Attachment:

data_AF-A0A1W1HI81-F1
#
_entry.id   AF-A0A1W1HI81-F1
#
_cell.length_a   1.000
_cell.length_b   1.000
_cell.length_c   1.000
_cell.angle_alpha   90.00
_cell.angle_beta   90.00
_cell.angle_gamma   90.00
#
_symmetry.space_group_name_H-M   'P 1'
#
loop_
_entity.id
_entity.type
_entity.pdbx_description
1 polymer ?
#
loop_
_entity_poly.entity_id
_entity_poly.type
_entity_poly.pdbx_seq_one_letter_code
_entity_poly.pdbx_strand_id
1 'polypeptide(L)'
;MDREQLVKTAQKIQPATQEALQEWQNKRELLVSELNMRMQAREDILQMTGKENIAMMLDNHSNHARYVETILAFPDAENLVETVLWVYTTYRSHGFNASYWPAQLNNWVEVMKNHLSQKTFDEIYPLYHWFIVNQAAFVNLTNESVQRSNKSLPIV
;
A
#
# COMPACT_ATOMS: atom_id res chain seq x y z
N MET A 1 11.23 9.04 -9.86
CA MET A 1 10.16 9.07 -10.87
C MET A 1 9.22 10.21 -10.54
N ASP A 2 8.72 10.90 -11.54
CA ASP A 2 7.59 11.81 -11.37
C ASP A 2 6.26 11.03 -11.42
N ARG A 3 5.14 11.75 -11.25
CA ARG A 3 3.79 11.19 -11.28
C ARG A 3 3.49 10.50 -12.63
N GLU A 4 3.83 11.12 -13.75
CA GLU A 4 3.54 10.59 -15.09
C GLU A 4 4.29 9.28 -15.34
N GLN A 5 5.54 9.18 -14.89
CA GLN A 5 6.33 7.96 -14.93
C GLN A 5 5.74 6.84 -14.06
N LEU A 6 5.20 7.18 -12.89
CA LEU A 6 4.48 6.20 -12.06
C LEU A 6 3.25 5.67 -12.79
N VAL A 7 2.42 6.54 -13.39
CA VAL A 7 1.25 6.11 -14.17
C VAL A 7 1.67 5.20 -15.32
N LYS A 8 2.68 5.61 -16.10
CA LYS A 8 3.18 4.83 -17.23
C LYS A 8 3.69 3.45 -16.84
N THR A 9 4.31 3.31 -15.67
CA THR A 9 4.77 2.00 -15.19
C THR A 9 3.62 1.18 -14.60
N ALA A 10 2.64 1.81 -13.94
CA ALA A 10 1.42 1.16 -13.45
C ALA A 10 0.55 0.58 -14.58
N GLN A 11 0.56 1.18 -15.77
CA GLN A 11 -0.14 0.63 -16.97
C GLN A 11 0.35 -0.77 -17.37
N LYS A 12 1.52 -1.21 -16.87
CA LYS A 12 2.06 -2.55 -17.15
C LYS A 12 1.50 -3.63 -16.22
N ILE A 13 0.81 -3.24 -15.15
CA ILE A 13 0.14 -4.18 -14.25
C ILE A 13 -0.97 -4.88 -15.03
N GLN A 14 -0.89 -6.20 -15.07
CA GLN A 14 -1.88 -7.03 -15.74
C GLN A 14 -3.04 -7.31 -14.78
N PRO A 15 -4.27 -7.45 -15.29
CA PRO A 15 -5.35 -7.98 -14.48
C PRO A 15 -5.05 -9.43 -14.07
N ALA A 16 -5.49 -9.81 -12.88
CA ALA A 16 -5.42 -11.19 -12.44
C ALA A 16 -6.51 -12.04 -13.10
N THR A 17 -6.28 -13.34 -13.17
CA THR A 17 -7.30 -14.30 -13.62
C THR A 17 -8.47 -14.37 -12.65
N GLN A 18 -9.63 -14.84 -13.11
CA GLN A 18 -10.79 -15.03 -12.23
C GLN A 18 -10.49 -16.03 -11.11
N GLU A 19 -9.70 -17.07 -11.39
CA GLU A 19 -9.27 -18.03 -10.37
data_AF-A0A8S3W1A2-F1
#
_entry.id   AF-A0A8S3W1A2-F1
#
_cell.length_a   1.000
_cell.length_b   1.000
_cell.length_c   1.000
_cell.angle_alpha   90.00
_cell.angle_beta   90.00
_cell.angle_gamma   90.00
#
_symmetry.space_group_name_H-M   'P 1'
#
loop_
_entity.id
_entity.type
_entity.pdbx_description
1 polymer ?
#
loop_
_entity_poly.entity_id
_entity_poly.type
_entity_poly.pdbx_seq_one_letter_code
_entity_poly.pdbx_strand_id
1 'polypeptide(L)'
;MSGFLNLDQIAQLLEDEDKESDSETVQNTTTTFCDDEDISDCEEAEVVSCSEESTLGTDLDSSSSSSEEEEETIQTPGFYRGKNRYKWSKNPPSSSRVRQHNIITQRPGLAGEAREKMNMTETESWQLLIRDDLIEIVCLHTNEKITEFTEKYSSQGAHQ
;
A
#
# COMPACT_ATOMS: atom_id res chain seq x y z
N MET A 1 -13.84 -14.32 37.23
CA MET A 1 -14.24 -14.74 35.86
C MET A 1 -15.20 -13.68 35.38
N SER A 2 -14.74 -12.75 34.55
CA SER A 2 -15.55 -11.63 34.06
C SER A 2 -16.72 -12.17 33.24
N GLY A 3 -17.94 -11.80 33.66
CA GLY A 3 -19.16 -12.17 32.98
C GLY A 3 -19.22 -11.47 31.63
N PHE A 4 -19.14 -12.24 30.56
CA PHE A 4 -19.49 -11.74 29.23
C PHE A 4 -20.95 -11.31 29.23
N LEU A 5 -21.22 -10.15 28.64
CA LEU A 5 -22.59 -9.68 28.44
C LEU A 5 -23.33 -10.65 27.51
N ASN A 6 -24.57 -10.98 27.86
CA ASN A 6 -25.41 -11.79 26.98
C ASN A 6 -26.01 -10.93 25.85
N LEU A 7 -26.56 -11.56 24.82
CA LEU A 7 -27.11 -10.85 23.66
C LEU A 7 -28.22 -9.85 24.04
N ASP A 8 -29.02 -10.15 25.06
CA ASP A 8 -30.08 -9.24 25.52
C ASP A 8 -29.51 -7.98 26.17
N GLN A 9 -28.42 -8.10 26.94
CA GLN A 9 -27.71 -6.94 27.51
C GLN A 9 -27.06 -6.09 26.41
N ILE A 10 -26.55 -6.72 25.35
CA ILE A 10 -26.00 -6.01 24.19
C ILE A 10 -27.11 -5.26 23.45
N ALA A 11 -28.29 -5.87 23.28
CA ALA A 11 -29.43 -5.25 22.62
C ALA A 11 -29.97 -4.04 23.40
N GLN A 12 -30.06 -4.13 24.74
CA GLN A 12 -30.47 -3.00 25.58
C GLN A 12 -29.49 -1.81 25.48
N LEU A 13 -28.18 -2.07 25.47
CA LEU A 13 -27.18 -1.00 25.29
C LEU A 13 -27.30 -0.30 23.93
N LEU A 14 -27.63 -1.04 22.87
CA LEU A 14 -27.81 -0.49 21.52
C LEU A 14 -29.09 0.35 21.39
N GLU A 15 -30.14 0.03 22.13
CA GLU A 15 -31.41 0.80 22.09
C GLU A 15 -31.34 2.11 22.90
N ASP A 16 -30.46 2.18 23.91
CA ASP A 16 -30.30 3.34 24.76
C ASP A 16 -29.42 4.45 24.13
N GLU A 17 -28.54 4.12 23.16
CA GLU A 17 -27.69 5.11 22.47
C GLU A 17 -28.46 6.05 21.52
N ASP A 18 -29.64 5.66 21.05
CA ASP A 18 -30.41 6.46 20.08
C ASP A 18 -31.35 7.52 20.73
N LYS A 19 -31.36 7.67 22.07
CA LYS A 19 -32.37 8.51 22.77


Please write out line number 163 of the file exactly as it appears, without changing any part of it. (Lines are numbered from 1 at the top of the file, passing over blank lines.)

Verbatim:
CA ASP A 16 -30.30 3.34 24.76